In line with the globalization trend, the network of supply chains of businesses is increasingly traversing across the four corners of the world. In the ultra-competitive modern commercial world where time is at a premium and cost reduction is the name of the game, supply chain inefficiencies are a definite no-no.
Under the operational frameworks of conventional supply chain networks, the participants across the different parts of the chain generally operate in silos. Not only is such a mode of operation lacking in transparency and uniformity, it also results in difficulties when it comes to the deploying of tracking mechanisms as well as creating an artificial need for extensive trail of paperwork consisting of documents such as payment invoices, bill of ladings and delivery receipts.
In the context of information transmission, the mode of operations of conventional supply chain networks render the process to be somewhat akin to a game whereby the participants are very much hoping against hope that critical information such as commodity prices, stock levels and shipment status are accurately transmitted throughout the network to its participants.
From a financial perspective, the inefficiencies plaguing conventional supply chain networks consistently burn a hole in the pockets of its proprietors. According to a 2018 study carried out by digital freight forwarder Zencargo, the supply chain industry loses 100 million hours every year due to inefficiencies in the procurement, supplier management and freight administration functions resulting in a total annual cost of US$1.98 billion.
Building on from its findings, Zencargo recommended that supply chain operators turn to digitization as a remedy for their inefficiency woes. However, digitization is but a part of the solution because as DB Schenker’s CEO Jochen Tewes puts it “no matter how digital you are, cargo has to move physically from point A to point B”. Perhaps the all-encompassing comprehensive solution lies in the development of a blockchain-based cognitive supply chain.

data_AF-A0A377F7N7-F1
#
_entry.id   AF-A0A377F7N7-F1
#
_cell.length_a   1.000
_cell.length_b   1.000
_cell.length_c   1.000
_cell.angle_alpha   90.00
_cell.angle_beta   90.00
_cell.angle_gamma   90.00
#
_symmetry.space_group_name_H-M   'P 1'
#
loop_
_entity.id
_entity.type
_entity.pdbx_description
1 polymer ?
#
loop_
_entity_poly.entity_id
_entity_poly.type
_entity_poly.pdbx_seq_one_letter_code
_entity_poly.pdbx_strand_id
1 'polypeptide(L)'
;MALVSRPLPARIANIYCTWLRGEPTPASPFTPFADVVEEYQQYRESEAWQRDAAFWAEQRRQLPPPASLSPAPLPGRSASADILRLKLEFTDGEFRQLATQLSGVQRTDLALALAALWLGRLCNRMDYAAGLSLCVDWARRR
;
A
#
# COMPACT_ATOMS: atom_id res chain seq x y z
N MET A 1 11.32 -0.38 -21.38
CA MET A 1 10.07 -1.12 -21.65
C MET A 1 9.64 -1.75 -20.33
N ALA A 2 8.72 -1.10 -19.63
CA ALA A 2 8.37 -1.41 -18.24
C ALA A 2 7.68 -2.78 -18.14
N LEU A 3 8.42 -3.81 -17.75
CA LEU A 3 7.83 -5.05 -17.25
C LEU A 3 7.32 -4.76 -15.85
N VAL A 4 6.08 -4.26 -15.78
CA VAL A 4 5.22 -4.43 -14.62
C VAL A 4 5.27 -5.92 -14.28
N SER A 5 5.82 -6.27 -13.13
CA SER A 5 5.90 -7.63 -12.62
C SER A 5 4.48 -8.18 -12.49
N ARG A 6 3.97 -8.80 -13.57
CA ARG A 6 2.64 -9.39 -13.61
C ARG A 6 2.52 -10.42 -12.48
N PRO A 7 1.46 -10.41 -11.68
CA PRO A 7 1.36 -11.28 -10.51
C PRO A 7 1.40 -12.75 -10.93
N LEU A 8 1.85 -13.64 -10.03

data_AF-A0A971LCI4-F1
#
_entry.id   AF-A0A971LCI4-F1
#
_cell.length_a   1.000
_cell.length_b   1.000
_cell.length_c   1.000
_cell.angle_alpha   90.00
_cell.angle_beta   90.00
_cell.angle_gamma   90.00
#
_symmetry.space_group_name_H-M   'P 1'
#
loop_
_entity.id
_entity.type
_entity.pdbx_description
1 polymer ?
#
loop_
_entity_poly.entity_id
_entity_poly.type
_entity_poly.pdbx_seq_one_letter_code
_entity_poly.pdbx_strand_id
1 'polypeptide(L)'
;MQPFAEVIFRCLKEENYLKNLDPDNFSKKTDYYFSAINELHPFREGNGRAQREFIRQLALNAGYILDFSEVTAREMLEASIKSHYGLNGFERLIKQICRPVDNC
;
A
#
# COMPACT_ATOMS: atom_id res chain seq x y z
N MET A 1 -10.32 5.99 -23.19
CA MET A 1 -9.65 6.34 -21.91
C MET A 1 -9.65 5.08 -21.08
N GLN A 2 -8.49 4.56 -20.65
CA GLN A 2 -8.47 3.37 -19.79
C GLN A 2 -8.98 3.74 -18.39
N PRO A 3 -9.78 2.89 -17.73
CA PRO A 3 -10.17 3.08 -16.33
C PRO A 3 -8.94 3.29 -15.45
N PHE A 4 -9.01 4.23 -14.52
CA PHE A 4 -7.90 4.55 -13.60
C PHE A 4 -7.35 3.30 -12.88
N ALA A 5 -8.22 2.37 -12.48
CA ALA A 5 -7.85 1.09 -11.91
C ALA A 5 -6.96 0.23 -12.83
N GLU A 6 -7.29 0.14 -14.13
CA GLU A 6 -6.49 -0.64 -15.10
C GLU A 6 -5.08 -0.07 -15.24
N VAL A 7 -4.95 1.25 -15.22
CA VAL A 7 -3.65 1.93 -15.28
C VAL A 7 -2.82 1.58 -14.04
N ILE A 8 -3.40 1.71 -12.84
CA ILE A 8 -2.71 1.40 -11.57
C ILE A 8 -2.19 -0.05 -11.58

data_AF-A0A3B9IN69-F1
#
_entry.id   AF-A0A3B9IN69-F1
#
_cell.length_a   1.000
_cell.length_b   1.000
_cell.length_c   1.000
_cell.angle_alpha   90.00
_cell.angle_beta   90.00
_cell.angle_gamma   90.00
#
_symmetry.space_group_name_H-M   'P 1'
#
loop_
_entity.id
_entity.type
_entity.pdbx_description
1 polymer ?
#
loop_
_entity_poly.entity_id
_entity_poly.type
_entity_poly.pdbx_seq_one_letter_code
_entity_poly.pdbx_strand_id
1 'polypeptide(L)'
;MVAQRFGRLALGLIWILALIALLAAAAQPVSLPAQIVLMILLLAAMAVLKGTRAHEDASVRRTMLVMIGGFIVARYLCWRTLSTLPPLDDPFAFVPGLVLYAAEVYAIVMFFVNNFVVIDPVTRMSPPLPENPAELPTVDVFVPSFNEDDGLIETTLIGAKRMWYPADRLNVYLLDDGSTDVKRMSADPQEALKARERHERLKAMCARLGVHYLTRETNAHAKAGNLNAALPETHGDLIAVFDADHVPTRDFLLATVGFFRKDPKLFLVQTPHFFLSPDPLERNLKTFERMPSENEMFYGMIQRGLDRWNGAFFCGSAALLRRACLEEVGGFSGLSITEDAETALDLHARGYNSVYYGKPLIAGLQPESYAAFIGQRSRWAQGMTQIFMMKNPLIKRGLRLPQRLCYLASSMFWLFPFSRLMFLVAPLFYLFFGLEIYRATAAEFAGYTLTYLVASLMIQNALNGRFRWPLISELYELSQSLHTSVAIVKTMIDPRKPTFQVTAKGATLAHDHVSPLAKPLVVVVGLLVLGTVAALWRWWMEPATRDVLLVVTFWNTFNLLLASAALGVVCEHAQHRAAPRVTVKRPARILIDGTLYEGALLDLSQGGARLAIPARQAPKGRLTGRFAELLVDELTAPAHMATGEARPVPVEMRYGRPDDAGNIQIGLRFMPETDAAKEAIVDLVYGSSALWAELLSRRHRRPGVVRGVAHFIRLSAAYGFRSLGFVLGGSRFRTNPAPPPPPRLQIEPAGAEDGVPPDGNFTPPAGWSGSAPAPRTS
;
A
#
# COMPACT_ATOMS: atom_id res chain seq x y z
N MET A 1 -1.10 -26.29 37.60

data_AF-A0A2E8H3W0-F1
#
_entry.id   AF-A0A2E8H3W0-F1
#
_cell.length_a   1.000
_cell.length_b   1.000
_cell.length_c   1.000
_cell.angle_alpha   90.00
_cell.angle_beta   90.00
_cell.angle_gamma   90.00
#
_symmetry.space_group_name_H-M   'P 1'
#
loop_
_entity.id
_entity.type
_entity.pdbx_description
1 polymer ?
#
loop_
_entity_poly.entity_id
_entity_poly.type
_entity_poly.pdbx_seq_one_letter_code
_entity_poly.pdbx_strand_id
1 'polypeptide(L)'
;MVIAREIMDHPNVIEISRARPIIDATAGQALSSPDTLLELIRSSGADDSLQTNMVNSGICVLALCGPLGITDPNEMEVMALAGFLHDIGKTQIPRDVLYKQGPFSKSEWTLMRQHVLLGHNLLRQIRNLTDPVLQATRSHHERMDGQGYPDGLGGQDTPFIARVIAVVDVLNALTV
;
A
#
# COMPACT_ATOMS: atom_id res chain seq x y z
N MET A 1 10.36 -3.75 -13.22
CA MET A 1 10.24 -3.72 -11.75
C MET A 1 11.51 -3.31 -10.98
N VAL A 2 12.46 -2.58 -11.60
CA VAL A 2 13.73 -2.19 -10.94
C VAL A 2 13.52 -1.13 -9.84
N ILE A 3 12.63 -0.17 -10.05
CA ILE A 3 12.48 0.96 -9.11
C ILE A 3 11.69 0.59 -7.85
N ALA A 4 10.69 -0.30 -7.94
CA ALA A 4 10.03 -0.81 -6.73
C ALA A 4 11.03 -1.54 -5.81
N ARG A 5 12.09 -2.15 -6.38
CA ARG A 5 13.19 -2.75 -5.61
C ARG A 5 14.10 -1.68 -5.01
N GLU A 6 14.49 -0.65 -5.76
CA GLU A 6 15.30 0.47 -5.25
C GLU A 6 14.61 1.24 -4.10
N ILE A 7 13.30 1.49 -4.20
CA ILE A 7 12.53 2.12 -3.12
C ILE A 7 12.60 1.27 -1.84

In times of crisis, fault lines are manifested in a crystal-clear manner for all to see. This notion held true during the Covid-19 pandemic when as a result of lockdowns imposed by governments in most countries global supply chains across a host of sectors were immobile for prolonged periods of time and subsequently ended up becoming stagnated.
This state of affairs highlighted the need for blockchain-based cognitive supply chains which function as intelligent self-learning distribution and inventory management systems equipped with predictive as well adaptive abilities.
As the world’s economy forges ahead on its towards globalization, international supply chains are likely to get more and more interconnected. Nonetheless, the benefits of interconnectivity come at a price as interconnected supply chains would be more exposed to political and social turbulences as exemplified by the Anglo-Sino trade war and the Covid-19 pandemic respectively.
In order to mitigate the potential risks brought about by interconnectivity, the introduction of cognitive abilities as part of the operations of global supply chains chains using AI-based 3D information processing models would imbue these chains with an element of omniscience which humans can only wish to have.
Coupled with the use of blockchain to secure the factual value of the information fed into global supply chains, it is clear that the path forward is for the transformation of supply chains into blockchains.
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